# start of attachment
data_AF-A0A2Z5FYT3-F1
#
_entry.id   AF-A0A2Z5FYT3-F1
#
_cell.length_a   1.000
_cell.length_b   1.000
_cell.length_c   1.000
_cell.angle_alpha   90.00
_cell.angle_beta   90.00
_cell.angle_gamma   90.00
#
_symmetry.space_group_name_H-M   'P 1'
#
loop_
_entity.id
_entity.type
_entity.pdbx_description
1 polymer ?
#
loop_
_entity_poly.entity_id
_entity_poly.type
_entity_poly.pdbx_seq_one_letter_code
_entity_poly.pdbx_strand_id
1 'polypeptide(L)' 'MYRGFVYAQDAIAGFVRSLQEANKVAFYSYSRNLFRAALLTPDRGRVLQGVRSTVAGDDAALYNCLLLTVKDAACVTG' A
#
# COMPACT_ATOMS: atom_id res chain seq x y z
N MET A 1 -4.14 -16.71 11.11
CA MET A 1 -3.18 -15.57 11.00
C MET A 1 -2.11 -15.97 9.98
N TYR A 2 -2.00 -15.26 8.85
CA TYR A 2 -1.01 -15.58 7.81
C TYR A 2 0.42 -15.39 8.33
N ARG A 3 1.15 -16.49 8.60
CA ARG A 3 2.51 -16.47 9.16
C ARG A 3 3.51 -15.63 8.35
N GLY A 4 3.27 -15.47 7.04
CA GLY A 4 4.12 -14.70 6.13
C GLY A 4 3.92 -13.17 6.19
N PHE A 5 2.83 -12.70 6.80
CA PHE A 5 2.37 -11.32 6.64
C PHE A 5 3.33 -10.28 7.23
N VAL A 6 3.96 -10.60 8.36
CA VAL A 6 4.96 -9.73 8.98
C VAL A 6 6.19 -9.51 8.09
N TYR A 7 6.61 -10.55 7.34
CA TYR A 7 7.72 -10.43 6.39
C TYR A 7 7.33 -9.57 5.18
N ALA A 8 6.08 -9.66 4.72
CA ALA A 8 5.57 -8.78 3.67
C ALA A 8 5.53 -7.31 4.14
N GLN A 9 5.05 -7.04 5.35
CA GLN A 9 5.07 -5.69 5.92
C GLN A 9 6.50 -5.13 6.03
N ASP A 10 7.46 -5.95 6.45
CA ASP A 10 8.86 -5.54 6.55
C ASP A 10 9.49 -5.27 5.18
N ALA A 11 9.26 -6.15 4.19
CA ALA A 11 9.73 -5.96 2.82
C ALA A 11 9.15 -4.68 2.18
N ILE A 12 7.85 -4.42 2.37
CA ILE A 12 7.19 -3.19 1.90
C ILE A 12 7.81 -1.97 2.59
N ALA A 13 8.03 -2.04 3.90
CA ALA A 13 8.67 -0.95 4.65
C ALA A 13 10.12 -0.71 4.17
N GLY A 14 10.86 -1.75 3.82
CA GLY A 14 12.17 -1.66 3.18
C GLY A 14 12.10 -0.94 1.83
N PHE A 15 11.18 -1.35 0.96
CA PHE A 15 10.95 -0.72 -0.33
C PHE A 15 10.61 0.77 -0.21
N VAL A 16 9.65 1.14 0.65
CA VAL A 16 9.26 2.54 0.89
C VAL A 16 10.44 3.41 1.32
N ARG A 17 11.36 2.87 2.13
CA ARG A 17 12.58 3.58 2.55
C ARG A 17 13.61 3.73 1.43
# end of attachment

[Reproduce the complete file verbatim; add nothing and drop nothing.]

data_AF-A0A2Z5FYT3-F1
#
_entry.id   AF-A0A2Z5FYT3-F1
#
_cell.length_a   1.000
_cell.length_b   1.000
_cell.length_c   1.000
_cell.angle_alpha   90.00
_cell.angle_beta   90.00
_cell.angle_gamma   90.00
#
_symmetry.space_group_name_H-M   'P 1'
#
loop_
_entity.id
_entity.type
_entity.pdbx_description
1 polymer ?
#
loop_
_entity_poly.entity_id
_entity_poly.type
_entity_poly.pdbx_seq_one_letter_code
_entity_poly.pdbx_strand_id
1 'polypeptide(L)' 'MYRGFVYAQDAIAGFVRSLQEANKVAFYSYSRNLFRAALLTPDRGRVLQGVRSTVAGDDAALYNCLLLTVKDAACVTG' A
#
# COMPACT_ATOMS: atom_id res chain seq x y z
N MET A 1 -4.14 -16.71 11.11
CA MET A 1 -3.18 -15.57 11.00
C MET A 1 -2.11 -15.97 9.98
N TYR A 2 -2.00 -15.26 8.85
CA TYR A 2 -1.01 -15.58 7.81
C TYR A 2 0.42 -15.39 8.33
N ARG A 3 1.15 -16.49 8.60
CA ARG A 3 2.51 -16.47 9.16
C ARG A 3 3.51 -15.63 8.35
N GLY A 4 3.27 -15.47 7.04
CA GLY A 4 4.12 -14.70 6.13
C GLY A 4 3.92 -13.17 6.19
N PHE A 5 2.83 -12.70 6.80
CA PHE A 5 2.37 -11.32 6.64
C PHE A 5 3.33 -10.28 7.23
N VAL A 6 3.96 -10.60 8.36
CA VAL A 6 4.96 -9.73 8.98
C VAL A 6 6.19 -9.51 8.09
N TYR A 7 6.61 -10.55 7.34
CA TYR A 7 7.72 -10.43 6.39
C TYR A 7 7.33 -9.57 5.18
N ALA A 8 6.08 -9.66 4.72
CA ALA A 8 5.57 -8.78 3.67
C ALA A 8 5.53 -7.31 4.14
N GLN A 9 5.05 -7.04 5.35
CA GLN A 9 5.07 -5.69 5.92
C GLN A 9 6.50 -5.13 6.03
N ASP A 10 7.46 -5.95 6.45
CA ASP A 10 8.86 -5.54 6.55
C ASP A 10 9.49 -5.27 5.18
N ALA A 11 9.26 -6.15 4.19
CA ALA A 11 9.73 -5.96 2.82
C ALA A 11 9.15 -4.68 2.18
N ILE A 12 7.85 -4.42 2.37
CA ILE A 12 7.19 -3.19 1.90
C ILE A 12 7.81 -1.97 2.59
N ALA A 13 8.03 -2.04 3.90
CA ALA A 13 8.67 -0.95 4.65
C ALA A 13 10.12 -0.71 4.17
N GLY A 14 10.86 -1.75 3.82
CA GLY A 14 12.17 -1.66 3.18
C GLY A 14 12.10 -0.94 1.83
N PHE A 15 11.18 -1.35 0.96
CA PHE A 15 10.95 -0.72 -0.33
C PHE A 15 10.61 0.77 -0.21
N VAL A 16 9.65 1.14 0.65
CA VAL A 16 9.26 2.54 0.89
C VAL A 16 10.44 3.41 1.32
N ARG A 17 11.36 2.87 2.13
CA ARG A 17 12.58 3.58 2.55
C ARG A 17 13.61 3.73 1.43